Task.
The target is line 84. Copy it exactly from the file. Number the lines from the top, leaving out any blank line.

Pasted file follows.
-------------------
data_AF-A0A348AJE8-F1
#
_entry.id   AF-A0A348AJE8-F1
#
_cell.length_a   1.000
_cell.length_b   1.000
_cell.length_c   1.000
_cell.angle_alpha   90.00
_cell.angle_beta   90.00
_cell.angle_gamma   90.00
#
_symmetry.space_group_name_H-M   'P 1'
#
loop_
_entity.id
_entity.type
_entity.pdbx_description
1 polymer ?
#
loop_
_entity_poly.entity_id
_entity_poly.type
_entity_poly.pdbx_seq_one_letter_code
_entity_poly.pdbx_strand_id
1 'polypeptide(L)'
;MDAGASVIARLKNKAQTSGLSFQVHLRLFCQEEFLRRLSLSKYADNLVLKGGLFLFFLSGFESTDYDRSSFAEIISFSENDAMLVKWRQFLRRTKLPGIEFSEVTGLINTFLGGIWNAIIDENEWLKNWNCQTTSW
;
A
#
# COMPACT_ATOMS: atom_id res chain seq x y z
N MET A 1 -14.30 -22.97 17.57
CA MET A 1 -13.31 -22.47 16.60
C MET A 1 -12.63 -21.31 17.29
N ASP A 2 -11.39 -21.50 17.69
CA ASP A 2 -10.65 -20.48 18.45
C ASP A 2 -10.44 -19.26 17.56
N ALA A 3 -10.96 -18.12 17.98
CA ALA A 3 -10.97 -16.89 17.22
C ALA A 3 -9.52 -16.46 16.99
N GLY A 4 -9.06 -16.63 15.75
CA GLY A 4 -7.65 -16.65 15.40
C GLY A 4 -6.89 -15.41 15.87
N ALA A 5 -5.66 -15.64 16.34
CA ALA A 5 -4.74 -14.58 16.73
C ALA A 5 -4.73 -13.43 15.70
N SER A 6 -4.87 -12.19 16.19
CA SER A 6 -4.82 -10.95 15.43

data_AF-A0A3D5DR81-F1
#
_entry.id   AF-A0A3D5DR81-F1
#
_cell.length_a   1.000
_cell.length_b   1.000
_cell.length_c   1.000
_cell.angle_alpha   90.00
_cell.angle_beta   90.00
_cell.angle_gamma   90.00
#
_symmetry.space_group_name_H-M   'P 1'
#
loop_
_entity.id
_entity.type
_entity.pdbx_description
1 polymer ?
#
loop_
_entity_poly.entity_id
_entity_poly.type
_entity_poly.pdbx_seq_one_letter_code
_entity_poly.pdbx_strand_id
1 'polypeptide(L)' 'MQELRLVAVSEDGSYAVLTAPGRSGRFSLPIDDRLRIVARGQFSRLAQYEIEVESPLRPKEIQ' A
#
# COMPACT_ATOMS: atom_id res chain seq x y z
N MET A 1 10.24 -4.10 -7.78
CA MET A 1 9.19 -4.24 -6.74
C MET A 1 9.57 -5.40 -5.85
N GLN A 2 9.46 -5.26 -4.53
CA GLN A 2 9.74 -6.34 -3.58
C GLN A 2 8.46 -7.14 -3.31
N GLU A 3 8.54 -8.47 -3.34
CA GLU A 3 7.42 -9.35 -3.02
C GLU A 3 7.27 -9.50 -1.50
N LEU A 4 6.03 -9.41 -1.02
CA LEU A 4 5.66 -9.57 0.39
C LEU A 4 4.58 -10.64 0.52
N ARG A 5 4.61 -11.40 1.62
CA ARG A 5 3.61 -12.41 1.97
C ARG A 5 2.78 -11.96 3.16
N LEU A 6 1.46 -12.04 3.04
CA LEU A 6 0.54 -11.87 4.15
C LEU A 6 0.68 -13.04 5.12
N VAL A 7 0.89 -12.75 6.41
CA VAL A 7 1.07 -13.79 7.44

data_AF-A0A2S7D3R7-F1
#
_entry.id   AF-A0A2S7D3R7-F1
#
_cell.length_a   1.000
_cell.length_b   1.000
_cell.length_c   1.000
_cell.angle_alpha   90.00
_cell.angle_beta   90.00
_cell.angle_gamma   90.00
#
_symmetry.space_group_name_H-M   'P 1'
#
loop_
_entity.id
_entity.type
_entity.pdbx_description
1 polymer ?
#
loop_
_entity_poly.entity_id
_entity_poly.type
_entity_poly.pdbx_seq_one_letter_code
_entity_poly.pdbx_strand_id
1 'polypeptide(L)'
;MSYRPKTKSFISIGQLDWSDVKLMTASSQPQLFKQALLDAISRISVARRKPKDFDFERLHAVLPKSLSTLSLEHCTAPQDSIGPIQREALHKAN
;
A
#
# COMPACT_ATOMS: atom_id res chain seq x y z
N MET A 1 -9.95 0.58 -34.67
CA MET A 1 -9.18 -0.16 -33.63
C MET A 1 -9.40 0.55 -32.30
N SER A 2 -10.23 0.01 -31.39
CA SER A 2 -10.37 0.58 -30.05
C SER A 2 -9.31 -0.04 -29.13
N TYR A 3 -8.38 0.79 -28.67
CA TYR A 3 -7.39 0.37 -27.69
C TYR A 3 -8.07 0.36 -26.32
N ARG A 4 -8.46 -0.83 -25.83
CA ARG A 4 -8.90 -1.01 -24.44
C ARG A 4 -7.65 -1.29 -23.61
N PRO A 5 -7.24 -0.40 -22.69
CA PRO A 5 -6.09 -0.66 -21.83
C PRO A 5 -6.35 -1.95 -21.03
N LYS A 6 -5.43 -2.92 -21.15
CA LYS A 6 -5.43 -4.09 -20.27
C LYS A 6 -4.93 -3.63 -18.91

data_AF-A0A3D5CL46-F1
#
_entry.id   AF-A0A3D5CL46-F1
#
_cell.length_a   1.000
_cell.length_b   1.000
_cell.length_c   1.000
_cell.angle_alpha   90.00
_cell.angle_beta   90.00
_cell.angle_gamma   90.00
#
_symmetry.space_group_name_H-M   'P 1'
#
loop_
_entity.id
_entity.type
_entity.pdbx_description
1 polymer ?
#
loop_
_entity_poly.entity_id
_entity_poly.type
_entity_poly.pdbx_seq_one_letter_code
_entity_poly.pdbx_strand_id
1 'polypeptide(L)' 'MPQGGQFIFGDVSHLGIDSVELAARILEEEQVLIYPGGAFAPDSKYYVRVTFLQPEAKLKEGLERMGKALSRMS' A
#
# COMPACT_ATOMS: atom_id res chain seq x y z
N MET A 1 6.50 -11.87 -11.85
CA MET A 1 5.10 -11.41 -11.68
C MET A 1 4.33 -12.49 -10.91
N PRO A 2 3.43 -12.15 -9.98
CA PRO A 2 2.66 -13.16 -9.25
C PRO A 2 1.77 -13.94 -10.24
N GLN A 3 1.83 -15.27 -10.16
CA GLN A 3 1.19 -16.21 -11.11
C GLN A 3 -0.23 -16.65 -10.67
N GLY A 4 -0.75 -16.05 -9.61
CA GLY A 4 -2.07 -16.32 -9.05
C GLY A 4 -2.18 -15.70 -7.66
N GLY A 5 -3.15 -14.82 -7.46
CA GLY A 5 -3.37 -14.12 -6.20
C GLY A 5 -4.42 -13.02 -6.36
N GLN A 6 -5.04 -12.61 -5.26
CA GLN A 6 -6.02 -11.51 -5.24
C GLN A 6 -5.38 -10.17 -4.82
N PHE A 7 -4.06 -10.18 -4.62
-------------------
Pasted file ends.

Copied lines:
N LEU A 4 6.03 -9.41 -1.02